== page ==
Listening Skills for Writers Part I: Being a Good Listener

Snoopy listening

Honing one’s ability to listen can be very beneficial for writers. Being a good listener means paying close attention, hearing what is said, and understanding the meaning of what is said. For a writer listening skills can be helpful when reading your prose aloud and when other writers or editors are giving you criticism.

Reading aloud: One way to evaluate how your writing comes across to the reader is to read aloud what you have written. By doing so, you turn your writing from writer-based to reader-based prose. Sometimes you can just ‘hear’ the mistakes in wordage and correct them easily.  Also, it slows down your visual feedback so that you become aware of punctuation, or spelling errors you might have missed by silently reading the narrative. But beyond that, reading out loud helps you to discover if the written words have three other properties:

  1. Flow – Flow organizes your words into easy and understandable sentences and paragraphs. Your words must speak to the audience you are addressing so that you do not muddy up the meaning or give too much information about the meaning. Good flow has logical transitions from one point to the next.
  2. Cadence – Cadence refers to rhythmic writing given to increase and decrease like the tides of the ocean. It can quicken or slow as needed. This not only alters the mood of the writing but emotions can be changed by the cadence, too. Altering the length of sentences, or adding pauses helps to establish cadence. Using writing devices such as alliteration (repetition of same beginning consonant sound), or sibilance (usually a hissing sound with ‘s’ or ‘z’ or ‘sh’ and sometimes a soft ‘c’) can change the cadence too.
  3. Pace – Pacing controls the speed of how the story unfolds, i.e., how fast or slow revelation of the events in the story happen. Fast action and rapid sequencing speed up the story while writing passages with great details slow down the pace.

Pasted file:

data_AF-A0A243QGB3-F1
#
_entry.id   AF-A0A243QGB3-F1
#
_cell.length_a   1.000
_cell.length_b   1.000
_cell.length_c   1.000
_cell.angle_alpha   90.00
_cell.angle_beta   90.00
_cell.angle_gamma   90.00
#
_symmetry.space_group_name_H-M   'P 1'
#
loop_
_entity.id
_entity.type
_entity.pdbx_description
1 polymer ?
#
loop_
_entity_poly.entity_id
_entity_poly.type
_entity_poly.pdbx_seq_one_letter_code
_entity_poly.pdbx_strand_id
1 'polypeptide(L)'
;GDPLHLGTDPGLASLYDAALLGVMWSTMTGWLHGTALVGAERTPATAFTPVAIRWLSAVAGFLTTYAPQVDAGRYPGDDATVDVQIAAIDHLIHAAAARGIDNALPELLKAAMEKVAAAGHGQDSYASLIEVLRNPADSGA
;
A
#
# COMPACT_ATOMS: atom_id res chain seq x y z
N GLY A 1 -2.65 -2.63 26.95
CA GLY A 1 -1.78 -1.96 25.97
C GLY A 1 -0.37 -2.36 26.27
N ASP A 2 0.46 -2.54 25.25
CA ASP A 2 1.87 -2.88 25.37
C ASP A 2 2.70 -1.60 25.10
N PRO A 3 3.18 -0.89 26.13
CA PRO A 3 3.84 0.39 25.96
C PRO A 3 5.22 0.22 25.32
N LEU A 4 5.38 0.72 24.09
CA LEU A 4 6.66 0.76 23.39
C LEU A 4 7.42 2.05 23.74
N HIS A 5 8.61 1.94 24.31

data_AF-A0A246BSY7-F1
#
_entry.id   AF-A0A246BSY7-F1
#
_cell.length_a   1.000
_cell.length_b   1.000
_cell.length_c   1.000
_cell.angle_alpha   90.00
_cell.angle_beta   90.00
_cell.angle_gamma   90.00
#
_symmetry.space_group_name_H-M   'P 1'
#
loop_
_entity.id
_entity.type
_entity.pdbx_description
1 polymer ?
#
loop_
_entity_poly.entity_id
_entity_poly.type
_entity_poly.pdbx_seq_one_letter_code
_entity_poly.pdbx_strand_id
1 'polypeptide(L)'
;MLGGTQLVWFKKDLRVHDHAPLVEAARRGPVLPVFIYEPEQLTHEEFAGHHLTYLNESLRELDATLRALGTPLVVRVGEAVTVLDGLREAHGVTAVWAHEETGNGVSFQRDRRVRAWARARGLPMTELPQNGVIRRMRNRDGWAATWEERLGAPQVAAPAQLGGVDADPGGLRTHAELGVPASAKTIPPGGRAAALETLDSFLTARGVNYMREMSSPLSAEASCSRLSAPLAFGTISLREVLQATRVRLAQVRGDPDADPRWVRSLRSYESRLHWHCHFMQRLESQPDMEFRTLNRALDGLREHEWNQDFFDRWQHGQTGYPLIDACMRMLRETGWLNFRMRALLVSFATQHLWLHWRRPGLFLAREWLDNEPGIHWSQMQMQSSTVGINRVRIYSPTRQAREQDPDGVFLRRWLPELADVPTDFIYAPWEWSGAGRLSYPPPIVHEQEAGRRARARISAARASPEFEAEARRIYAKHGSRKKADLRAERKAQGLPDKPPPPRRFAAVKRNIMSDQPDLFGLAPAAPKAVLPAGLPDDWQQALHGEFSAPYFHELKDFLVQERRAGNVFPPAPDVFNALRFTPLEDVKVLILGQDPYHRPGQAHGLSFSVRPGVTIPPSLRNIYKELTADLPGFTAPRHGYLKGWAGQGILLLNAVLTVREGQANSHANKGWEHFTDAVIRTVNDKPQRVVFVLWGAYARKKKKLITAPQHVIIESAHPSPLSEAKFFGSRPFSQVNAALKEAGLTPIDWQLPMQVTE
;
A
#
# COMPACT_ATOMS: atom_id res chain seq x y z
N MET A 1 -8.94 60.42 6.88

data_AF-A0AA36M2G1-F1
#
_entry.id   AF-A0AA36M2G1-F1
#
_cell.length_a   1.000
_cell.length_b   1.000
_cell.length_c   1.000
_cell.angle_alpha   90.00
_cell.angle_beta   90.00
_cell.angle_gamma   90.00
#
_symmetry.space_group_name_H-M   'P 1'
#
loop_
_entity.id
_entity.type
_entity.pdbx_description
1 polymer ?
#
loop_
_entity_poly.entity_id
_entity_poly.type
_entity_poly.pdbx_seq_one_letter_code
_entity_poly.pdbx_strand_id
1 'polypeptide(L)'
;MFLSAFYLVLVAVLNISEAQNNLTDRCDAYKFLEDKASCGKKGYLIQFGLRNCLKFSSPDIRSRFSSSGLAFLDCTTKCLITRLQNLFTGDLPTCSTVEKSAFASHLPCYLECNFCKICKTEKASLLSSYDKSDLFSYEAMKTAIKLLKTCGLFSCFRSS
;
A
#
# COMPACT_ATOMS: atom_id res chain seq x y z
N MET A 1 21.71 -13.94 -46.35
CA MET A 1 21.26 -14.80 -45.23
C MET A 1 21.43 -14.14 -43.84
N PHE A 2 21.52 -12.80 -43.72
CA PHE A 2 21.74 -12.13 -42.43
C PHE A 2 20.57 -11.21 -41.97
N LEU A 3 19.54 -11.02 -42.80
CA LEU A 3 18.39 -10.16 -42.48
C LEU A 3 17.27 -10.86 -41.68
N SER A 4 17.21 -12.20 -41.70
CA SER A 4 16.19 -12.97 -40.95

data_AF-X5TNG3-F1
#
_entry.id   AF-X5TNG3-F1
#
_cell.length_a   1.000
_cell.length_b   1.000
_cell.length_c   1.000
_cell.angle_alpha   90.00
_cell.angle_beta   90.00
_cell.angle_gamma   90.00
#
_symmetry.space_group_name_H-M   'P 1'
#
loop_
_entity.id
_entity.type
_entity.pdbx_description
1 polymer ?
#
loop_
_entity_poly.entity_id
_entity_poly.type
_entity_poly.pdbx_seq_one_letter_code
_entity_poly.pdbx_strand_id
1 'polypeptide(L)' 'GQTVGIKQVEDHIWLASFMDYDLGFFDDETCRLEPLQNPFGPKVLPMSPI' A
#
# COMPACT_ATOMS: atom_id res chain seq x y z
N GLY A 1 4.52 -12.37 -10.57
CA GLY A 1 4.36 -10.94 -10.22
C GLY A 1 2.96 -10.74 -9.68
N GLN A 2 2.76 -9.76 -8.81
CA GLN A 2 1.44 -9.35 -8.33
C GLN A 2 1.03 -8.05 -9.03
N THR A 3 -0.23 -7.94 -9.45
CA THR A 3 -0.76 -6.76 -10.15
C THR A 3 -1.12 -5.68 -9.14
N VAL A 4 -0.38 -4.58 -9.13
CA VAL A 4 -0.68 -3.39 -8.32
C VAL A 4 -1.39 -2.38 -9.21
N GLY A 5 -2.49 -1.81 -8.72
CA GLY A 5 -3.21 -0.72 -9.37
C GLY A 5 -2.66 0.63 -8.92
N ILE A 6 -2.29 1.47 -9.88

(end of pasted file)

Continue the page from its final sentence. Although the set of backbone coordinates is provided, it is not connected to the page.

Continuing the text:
Criticism by editors and other writers: Being attentive to the criticism given to you by other writers after they have read your story is also part of the listening experience. In this instance try to be open-minded. It is important to take every bit of advice and criticism and evaluate it according to what your vision of the story is and where you want the story to go. Some things may resonate with you and reveal something that will make the story better, but other things may be too vague, or not be helpful as to how you want the story to unfold. Nevertheless, if you hear the same criticism repeatedly, it is best to take a good look at what you are doing that makes that criticism valid.

Next week in Part II, I will explore another listening skill important for writers – eavesdropping!

Feel free to comment below!

 

 

Joining a Writers Group

Writing Group

Few things are more important in a writer’s life than a support group. When I was attempting to tackle NaNoWriMo the first time, I did so without telling anyone. I had no one encouraging me. It was lonely, and although the words flowed and I hit the 50,000-word goal, the story was not a novel. It was just a draft of a story without an end.  The second time I tackled NaNoWriMo, I enlisted a few friends to cheer me on: to constantly ask me how I was doing, and whether I was keeping up with the word count. That made all the difference. That second time around I wrote The Peacock’s Tale. Of course, it took endless revisions and editing before I was ready to self-publish the book, but I would never have gotten that far if it had not been for that support group.

Soon afterward I, by chance, had a conversation with another senior who was looking for a group to join that would encourage creative writing. That led to the creation of the Ink & Quill 55 and Over Writing Group sponsored by the Jesse Brock Senior Center in Winter Garden, Florida. It has been the one thing that has egged on my continuing to be serious about writing. Even though I facilitate the group, I think I have learned even more than the others in the group!

Here are five reasons to motivate you to find a group to join. Try out some groups and find one that works for you.

  1. Writers groups provide a social network for you. Writing can be very isolating. Making friends that have the same interest as you, helps to reinforce your commitment to writing. Having a place to go where you feel safe, and are respected by each member as you share your work is very nurturing.
  2. Writers groups support your creative process. Writing groups encourage you to write on a schedule. They help you to explore different types of writing. They can educate you about writing and the writing process.